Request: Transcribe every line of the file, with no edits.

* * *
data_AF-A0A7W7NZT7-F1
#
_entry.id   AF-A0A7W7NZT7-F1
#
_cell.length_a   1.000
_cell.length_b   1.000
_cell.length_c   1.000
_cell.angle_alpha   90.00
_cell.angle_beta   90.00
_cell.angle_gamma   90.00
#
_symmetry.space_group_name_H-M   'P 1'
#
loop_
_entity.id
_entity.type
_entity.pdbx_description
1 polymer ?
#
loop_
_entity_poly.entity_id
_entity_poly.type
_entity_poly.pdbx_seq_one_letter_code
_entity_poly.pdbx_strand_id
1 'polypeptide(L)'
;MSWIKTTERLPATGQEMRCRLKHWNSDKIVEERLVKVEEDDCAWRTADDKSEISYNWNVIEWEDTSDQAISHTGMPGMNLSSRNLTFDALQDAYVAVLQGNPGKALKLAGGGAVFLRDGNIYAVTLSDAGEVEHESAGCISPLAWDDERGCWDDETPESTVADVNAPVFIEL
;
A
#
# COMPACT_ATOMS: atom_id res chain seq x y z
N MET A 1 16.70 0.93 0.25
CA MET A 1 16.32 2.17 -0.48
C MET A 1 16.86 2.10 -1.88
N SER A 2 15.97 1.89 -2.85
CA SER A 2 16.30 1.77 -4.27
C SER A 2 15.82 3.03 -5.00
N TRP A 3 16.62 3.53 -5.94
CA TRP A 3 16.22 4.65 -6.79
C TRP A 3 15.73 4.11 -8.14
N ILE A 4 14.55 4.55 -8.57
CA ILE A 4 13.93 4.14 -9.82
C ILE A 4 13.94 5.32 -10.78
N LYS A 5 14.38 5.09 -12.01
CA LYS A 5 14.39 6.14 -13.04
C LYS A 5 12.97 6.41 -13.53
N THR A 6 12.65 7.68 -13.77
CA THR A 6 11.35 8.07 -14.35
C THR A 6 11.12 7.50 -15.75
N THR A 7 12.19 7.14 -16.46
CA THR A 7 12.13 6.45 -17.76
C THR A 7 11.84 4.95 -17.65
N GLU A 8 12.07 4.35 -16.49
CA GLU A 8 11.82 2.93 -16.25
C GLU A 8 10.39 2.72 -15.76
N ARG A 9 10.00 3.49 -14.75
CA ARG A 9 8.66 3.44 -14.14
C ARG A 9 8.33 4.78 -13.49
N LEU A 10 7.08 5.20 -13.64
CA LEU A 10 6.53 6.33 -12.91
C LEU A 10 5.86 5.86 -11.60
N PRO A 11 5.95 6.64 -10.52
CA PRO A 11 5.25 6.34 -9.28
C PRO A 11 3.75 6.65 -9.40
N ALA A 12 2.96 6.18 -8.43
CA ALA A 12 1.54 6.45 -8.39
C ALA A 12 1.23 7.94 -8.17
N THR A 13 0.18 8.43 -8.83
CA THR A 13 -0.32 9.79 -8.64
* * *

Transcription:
data_AF-A0A7W7NZT7-F1
#
_entry.id   AF-A0A7W7NZT7-F1
#
_cell.length_a   1.000
_cell.length_b   1.000
_cell.length_c   1.000
_cell.angle_alpha   90.00
_cell.angle_beta   90.00
_cell.angle_gamma   90.00
#
_symmetry.space_group_name_H-M   'P 1'
#
loop_
_entity.id
_entity.type
_entity.pdbx_description
1 polymer ?
#
loop_
_entity_poly.entity_id
_entity_poly.type
_entity_poly.pdbx_seq_one_letter_code
_entity_poly.pdbx_strand_id
1 'polypeptide(L)'
;MSWIKTTERLPATGQEMRCRLKHWNSDKIVEERLVKVEEDDCAWRTADDKSEISYNWNVIEWEDTSDQAISHTGMPGMNLSSRNLTFDALQDAYVAVLQGNPGKALKLAGGGAVFLRDGNIYAVTLSDAGEVEHESAGCISPLAWDDERGCWDDETPESTVADVNAPVFIEL
;
A
#
# COMPACT_ATOMS: atom_id res chain seq x y z
N MET A 1 16.70 0.93 0.25
CA MET A 1 16.32 2.17 -0.48
C MET A 1 16.86 2.10 -1.88
N SER A 2 15.97 1.89 -2.85
CA SER A 2 16.30 1.77 -4.27
C SER A 2 15.82 3.03 -5.00
N TRP A 3 16.62 3.53 -5.94
CA TRP A 3 16.22 4.65 -6.79
C TRP A 3 15.73 4.11 -8.14
N ILE A 4 14.55 4.55 -8.57
CA ILE A 4 13.93 4.14 -9.82
C ILE A 4 13.94 5.32 -10.78
N LYS A 5 14.38 5.09 -12.01
CA LYS A 5 14.39 6.14 -13.04
C LYS A 5 12.97 6.41 -13.53
N THR A 6 12.65 7.68 -13.77
CA THR A 6 11.35 8.07 -14.35
C THR A 6 11.12 7.50 -15.75
N THR A 7 12.19 7.14 -16.46
CA THR A 7 12.13 6.45 -17.76
C THR A 7 11.84 4.95 -17.65
N GLU A 8 12.07 4.35 -16.49
CA GLU A 8 11.82 2.93 -16.25
C GLU A 8 10.39 2.72 -15.76
N ARG A 9 10.00 3.49 -14.75
CA ARG A 9 8.66 3.44 -14.14
C ARG A 9 8.33 4.78 -13.49
N LEU A 10 7.08 5.20 -13.64
CA LEU A 10 6.53 6.33 -12.91
C LEU A 10 5.86 5.86 -11.60
N PRO A 11 5.95 6.64 -10.52
CA PRO A 11 5.25 6.34 -9.28
C PRO A 11 3.75 6.65 -9.40
N ALA A 12 2.96 6.18 -8.43
CA ALA A 12 1.54 6.45 -8.39
C ALA A 12 1.23 7.94 -8.17
N THR A 13 0.18 8.43 -8.83
CA THR A 13 -0.32 9.79 -8.64